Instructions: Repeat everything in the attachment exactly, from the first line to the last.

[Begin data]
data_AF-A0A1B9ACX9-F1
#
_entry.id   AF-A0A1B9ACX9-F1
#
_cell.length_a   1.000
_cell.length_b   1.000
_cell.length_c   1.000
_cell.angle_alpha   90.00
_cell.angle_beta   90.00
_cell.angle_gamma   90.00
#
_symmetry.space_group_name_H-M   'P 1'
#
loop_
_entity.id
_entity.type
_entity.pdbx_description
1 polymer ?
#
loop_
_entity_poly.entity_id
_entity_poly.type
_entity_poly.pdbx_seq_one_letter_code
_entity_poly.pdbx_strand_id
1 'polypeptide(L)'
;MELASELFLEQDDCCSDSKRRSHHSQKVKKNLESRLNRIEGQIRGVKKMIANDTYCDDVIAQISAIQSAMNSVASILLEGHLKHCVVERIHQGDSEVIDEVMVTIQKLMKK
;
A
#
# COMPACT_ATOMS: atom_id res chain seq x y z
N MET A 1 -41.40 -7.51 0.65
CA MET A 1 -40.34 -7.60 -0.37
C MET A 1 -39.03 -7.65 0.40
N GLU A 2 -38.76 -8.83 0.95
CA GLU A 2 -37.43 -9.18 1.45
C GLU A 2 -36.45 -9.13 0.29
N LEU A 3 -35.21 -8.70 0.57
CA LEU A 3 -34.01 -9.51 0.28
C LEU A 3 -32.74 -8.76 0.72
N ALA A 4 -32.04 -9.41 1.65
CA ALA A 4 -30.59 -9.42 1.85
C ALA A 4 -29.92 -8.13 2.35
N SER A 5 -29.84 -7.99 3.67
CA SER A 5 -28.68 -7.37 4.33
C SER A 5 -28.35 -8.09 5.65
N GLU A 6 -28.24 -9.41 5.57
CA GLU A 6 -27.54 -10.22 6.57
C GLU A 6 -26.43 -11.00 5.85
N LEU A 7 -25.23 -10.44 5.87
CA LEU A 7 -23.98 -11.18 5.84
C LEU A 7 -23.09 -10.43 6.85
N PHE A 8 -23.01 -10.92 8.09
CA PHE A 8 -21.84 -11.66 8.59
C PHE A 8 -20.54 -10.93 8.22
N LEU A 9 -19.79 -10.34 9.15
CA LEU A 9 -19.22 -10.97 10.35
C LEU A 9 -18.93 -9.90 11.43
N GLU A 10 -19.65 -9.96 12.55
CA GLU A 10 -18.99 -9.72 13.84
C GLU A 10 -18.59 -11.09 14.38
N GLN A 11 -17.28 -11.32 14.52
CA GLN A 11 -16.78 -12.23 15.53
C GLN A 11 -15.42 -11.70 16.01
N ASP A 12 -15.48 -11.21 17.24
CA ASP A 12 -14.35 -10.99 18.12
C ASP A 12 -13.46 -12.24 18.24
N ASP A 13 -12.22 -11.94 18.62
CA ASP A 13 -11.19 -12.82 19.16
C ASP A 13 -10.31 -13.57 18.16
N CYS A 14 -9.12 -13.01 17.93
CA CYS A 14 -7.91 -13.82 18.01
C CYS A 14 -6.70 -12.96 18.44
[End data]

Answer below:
data_AF-A0A1B9ACX9-F1
#
_entry.id   AF-A0A1B9ACX9-F1
#
_cell.length_a   1.000
_cell.length_b   1.000
_cell.length_c   1.000
_cell.angle_alpha   90.00
_cell.angle_beta   90.00
_cell.angle_gamma   90.00
#
_symmetry.space_group_name_H-M   'P 1'
#
loop_
_entity.id
_entity.type
_entity.pdbx_description
1 polymer ?
#
loop_
_entity_poly.entity_id
_entity_poly.type
_entity_poly.pdbx_seq_one_letter_code
_entity_poly.pdbx_strand_id
1 'polypeptide(L)'
;MELASELFLEQDDCCSDSKRRSHHSQKVKKNLESRLNRIEGQIRGVKKMIANDTYCDDVIAQISAIQSAMNSVASILLEGHLKHCVVERIHQGDSEVIDEVMVTIQKLMKK
;
A
#
# COMPACT_ATOMS: atom_id res chain seq x y z
N MET A 1 -41.40 -7.51 0.65
CA MET A 1 -40.34 -7.60 -0.37
C MET A 1 -39.03 -7.65 0.40
N GLU A 2 -38.76 -8.83 0.95
CA GLU A 2 -37.43 -9.18 1.45
C GLU A 2 -36.45 -9.13 0.29
N LEU A 3 -35.21 -8.70 0.57
CA LEU A 3 -34.01 -9.51 0.28
C LEU A 3 -32.74 -8.76 0.72
N ALA A 4 -32.04 -9.41 1.65
CA ALA A 4 -30.59 -9.42 1.85
C ALA A 4 -29.92 -8.13 2.35
N SER A 5 -29.84 -7.99 3.67
CA SER A 5 -28.68 -7.37 4.33
C SER A 5 -28.35 -8.09 5.65
N GLU A 6 -28.24 -9.41 5.57
CA GLU A 6 -27.54 -10.22 6.57
C GLU A 6 -26.43 -11.00 5.85
N LEU A 7 -25.23 -10.44 5.87
CA LEU A 7 -23.98 -11.18 5.84
C LEU A 7 -23.09 -10.43 6.85
N PHE A 8 -23.01 -10.92 8.09
CA PHE A 8 -21.84 -11.66 8.59
C PHE A 8 -20.54 -10.93 8.22
N LEU A 9 -19.79 -10.34 9.15
CA LEU A 9 -19.22 -10.97 10.35
C LEU A 9 -18.93 -9.90 11.43
N GLU A 10 -19.65 -9.96 12.55
CA GLU A 10 -18.99 -9.72 13.84
C GLU A 10 -18.59 -11.09 14.38
N GLN A 11 -17.28 -11.32 14.52
CA GLN A 11 -16.78 -12.23 15.53
C GLN A 11 -15.42 -11.70 16.01
N ASP A 12 -15.48 -11.21 17.24
CA ASP A 12 -14.35 -10.99 18.12
C ASP A 12 -13.46 -12.24 18.24
N ASP A 13 -12.22 -11.94 18.62
CA ASP A 13 -11.19 -12.82 19.16
C ASP A 13 -10.31 -13.57 18.16
N CYS A 14 -9.12 -13.01 17.93
CA CYS A 14 -7.91 -13.82 18.01
C CYS A 14 -6.70 -12.96 18.44